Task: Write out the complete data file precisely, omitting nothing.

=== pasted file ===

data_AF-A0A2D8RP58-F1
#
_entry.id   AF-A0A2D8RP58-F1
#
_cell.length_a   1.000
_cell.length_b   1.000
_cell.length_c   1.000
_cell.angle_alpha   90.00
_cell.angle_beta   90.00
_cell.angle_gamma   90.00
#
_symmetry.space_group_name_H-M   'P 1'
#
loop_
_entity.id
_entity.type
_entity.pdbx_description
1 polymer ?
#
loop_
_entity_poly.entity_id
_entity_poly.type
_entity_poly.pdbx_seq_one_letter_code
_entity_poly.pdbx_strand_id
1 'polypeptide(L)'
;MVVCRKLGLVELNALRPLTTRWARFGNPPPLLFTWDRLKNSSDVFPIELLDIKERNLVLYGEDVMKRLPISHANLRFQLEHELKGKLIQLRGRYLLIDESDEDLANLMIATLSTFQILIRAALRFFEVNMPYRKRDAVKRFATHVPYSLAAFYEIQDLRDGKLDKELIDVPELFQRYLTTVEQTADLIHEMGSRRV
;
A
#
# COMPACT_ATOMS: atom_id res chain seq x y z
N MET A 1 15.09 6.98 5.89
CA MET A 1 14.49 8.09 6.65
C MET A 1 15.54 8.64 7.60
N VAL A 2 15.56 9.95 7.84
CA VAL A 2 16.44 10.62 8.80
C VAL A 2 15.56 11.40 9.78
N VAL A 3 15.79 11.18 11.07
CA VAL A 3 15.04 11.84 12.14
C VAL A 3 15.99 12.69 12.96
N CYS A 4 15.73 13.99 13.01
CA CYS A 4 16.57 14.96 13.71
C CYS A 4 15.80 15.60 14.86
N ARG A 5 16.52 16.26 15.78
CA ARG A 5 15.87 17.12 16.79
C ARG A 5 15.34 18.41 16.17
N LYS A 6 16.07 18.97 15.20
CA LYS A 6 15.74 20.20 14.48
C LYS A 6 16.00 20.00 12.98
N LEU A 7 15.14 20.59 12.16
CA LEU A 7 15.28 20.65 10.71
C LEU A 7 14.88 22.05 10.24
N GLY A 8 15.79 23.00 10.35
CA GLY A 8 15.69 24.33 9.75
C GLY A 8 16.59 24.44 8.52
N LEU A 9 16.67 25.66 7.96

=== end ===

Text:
data_AF-A0A2D8RP58-F1
#
_entry.id   AF-A0A2D8RP58-F1
#
_cell.length_a   1.000
_cell.length_b   1.000
_cell.length_c   1.000
_cell.angle_alpha   90.00
_cell.angle_beta   90.00
_cell.angle_gamma   90.00
#
_symmetry.space_group_name_H-M   'P 1'
#
loop_
_entity.id
_entity.type
_entity.pdbx_description
1 polymer ?
#
loop_
_entity_poly.entity_id
_entity_poly.type
_entity_poly.pdbx_seq_one_letter_code
_entity_poly.pdbx_strand_id
1 'polypeptide(L)'
;MVVCRKLGLVELNALRPLTTRWARFGNPPPLLFTWDRLKNSSDVFPIELLDIKERNLVLYGEDVMKRLPISHANLRFQLEHELKGKLIQLRGRYLLIDESDEDLANLMIATLSTFQILIRAALRFFEVNMPYRKRDAVKRFATHVPYSLAAFYEIQDLRDGKLDKELIDVPELFQRYLTTVEQTADLIHEMGSRRV
;
A
#
# COMPACT_ATOMS: atom_id res chain seq x y z
N MET A 1 15.09 6.98 5.89
CA MET A 1 14.49 8.09 6.65
C MET A 1 15.54 8.64 7.60
N VAL A 2 15.56 9.95 7.84
CA VAL A 2 16.44 10.62 8.80
C VAL A 2 15.56 11.40 9.78
N VAL A 3 15.79 11.18 11.07
CA VAL A 3 15.04 11.84 12.14
C VAL A 3 15.99 12.69 12.96
N CYS A 4 15.73 13.99 13.01
CA CYS A 4 16.57 14.96 13.71
C CYS A 4 15.80 15.60 14.86
N ARG A 5 16.52 16.26 15.78
CA ARG A 5 15.87 17.12 16.79
C ARG A 5 15.34 18.41 16.17
N LYS A 6 16.07 18.97 15.20
CA LYS A 6 15.74 20.20 14.48
C LYS A 6 16.00 20.00 12.98
N LEU A 7 15.14 20.59 12.16
CA LEU A 7 15.28 20.65 10.71
C LEU A 7 14.88 22.05 10.24
N GLY A 8 15.79 23.00 10.35
CA GLY A 8 15.69 24.33 9.75
C GLY A 8 16.59 24.44 8.52
N LEU A 9 16.67 25.66 7.96